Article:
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CentaurZ

Mercury as Winter Evening Star

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13 hours ago, Marvin Jenkins said:

Are there any clubs or groups that get out to darker areas around Melbourne that you know of. Perhaps I could blag a peek through a scope when I am there.

They are a bit thin on the ground here, and I haven't been to any of them myself to my shame. The old Melbourne Observatory might interest you, they still have the original huge refractor being used but must suffer from terrible light pollution....

https://www.rbg.vic.gov.au/visit-melbourne/attractions/melbourne-observatory

If you look on the map I posted in the very bottom right corner is Mount Burnett which has club meetings and dark skies...

https://mbo.org.au/

The Mornington Peninsula Astro Society would be the closest to visit... 

http://www.mpas.asn.au/

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15 hours ago, Barry-W-Fenner said:

Did you use any filters to see the half disc? My old brief look at Mercury so far was a bright multicoloured "star"  kind of like what Venus looks like but lot more colour.  As with Venus I assume it requires a filter to resolve?

Thank you

Baz

No filter, apart from a tree, but reasonably high magnification, 250x. As it got lower it got mushier and mushier, more atmosphere and more twigs I guess. The half disc was discernible early on, when twilight was still reasonably bright. I guess the fact it was against a bluish sky acted as a filter in its own right.

My advice for say tomorrow would be to start as soon as the sun goes down...

M

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I've seen Mercury with the naked eye in earlier apparitions. It is easier to spot if you know exactly where to look.

As for Pluto, mentioned above, this minor planet will be nearly impossible to see visually.  It is very faint, requiring a large telescope, and at that magnitude there are hundreds of brighter stars in the field. After several attempts, I managed to log Pluto using a 4" refractor, camera, platesolving and star charts.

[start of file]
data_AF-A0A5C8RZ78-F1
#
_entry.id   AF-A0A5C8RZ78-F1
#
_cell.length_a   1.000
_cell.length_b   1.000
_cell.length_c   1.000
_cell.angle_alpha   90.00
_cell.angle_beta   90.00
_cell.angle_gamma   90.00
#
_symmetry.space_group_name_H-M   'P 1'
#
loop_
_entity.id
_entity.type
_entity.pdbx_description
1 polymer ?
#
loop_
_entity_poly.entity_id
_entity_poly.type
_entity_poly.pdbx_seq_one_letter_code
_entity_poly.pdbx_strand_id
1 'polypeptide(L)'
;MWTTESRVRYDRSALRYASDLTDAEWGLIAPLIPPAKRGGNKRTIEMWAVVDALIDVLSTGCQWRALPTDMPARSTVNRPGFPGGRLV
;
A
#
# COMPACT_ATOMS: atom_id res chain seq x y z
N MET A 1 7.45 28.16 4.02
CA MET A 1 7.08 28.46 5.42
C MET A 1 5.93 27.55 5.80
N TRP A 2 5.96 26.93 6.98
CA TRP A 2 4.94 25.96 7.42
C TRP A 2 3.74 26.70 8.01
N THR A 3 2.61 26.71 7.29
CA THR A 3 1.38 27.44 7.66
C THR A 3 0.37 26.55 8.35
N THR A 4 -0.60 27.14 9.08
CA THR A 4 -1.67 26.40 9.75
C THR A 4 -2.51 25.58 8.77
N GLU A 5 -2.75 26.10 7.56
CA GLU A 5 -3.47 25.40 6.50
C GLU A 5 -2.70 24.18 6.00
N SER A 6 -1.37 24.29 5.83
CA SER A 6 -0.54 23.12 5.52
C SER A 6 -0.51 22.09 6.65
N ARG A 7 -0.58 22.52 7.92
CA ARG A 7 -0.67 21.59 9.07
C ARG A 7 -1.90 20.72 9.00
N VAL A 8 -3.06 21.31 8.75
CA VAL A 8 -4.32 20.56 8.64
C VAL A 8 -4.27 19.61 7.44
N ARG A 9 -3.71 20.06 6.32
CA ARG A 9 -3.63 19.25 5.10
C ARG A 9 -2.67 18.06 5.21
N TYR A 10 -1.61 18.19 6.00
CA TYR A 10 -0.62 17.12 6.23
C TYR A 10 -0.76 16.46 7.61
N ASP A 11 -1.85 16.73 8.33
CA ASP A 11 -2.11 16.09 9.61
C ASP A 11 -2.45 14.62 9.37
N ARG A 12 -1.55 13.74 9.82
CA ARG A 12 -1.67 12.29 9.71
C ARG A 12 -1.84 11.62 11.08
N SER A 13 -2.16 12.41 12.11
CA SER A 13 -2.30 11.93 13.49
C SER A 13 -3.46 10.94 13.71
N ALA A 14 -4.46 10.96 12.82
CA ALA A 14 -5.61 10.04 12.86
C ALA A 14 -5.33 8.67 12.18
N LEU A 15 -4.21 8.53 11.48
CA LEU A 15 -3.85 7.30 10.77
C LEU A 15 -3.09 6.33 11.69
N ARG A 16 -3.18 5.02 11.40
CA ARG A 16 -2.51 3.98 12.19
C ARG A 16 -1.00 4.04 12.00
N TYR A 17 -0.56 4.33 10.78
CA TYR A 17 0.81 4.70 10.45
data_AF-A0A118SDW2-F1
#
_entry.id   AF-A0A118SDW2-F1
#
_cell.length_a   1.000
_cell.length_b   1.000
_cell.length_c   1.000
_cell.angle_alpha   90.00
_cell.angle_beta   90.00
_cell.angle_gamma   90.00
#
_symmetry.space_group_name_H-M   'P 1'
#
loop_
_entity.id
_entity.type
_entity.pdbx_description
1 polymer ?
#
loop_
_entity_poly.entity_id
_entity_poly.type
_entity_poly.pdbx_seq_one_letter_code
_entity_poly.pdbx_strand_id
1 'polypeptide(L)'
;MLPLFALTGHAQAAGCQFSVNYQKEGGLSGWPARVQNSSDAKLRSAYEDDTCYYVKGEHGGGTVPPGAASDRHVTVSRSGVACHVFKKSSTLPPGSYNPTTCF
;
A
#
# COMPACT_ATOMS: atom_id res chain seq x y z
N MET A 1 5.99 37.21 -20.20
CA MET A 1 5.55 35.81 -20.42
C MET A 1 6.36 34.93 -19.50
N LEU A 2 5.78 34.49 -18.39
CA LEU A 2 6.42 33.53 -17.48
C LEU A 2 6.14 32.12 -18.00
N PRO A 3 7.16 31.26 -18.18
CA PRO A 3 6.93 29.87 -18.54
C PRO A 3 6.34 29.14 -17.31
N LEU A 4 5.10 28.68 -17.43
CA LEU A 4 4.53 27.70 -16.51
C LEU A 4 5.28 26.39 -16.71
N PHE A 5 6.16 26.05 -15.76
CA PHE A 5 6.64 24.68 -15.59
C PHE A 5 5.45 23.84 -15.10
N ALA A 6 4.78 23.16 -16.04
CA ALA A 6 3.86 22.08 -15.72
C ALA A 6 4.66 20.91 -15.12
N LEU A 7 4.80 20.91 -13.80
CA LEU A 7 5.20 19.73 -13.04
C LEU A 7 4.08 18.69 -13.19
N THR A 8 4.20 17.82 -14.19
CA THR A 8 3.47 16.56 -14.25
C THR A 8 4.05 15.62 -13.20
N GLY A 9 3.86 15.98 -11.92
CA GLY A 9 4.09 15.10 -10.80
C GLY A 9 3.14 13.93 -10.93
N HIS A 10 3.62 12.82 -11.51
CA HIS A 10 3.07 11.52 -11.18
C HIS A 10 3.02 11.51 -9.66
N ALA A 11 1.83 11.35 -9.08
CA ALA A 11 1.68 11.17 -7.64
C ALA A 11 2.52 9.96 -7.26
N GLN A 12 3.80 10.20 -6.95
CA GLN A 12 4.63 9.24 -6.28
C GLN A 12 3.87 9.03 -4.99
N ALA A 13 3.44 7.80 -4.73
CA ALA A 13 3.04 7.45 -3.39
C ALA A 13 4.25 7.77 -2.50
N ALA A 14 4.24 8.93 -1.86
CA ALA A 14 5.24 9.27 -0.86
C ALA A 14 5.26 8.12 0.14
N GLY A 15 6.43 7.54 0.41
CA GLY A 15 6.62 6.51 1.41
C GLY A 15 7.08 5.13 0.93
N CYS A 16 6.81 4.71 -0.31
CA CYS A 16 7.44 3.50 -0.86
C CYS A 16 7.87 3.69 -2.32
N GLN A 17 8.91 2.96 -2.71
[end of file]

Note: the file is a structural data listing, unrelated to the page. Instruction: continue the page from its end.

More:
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Mercury was easily seen with the naked eye this evening. I have observed it twice in the last few days using 15x70 and 7x50 binos. However, much as its lovely to see and view it I wanted more detail using a scope.

I set up my Heritage 130P + TeleVue 8-24 zoom + Baader 2.25X barlow. Using various mags from 61x to a maximum of 183x I saw a phase of about 50%. After rain during the day the image was pretty stable so a good session before it set.

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I've seen it on successive nights now with binoculars but I'd have to take a scope upstairs to see it and that's not really feasible just now.

Nice to see it with binoculars anyway.

 

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I managed to see it either Friday or Saturday before the storm. The sky was clear enough tonight but I struggled to find it unfortunately. I would really like to spend a bit of time on Mercury if the chance presents itself. The opportunity doesn't seem to come along to often.

 

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After today you’ll increasingly need to use a scope rather than naked eye, as although it’s at max elongation it’s now swinging round towards us and hence rapidly waning, ie getting more and more of a crescent. More difficult to spot to start with but more rewarding if you can find it!

Next chance will be June...

 

B9CB9E84-09EA-4BF3-8B66-22CE8DAF5D2E.jpeg

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Lots of moving cloud but I was able to pick up Mercury with the 7x50 binoculars. Tried to see it with the naked eye but failed.

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No chance here, overlooking the Eden Valley.

Heavy showers interspersed with cloud. And a cold gale still blowing.

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